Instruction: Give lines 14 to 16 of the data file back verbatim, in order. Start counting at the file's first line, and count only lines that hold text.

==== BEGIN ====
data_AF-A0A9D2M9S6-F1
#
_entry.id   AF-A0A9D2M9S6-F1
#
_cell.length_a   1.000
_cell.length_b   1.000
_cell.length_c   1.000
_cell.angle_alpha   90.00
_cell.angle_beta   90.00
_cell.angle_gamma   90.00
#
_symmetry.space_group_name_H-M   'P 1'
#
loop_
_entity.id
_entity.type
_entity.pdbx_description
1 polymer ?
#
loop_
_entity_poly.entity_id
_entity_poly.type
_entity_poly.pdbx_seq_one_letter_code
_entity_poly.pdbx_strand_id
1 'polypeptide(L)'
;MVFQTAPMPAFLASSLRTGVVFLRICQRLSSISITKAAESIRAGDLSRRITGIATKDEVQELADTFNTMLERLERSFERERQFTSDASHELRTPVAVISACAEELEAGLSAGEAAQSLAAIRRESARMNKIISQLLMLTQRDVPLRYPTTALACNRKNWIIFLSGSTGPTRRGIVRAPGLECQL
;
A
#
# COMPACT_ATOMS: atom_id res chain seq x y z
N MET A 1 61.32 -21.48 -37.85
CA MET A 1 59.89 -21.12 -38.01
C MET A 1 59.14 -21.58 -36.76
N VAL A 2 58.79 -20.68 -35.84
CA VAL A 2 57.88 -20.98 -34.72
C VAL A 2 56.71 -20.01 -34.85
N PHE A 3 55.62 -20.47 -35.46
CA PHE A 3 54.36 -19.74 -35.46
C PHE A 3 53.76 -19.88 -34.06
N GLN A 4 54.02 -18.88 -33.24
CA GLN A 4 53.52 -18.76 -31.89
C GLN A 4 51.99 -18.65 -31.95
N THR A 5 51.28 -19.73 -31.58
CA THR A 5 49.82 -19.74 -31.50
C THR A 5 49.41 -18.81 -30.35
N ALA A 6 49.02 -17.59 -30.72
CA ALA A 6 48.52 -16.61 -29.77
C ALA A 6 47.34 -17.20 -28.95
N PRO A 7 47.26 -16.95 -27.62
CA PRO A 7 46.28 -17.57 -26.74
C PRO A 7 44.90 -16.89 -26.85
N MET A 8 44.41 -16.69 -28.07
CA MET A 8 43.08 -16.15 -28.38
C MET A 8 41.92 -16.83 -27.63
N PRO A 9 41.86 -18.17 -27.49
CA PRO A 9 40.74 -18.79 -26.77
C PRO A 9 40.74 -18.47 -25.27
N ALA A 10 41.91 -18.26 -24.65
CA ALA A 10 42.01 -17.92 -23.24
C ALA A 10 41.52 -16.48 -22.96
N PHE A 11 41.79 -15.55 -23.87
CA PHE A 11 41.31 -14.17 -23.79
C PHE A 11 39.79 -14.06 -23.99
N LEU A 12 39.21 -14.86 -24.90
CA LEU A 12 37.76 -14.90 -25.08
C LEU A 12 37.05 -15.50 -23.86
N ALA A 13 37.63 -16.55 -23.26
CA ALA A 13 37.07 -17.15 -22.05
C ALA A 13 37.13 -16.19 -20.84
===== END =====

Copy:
loop_
_entity.id
_entity.type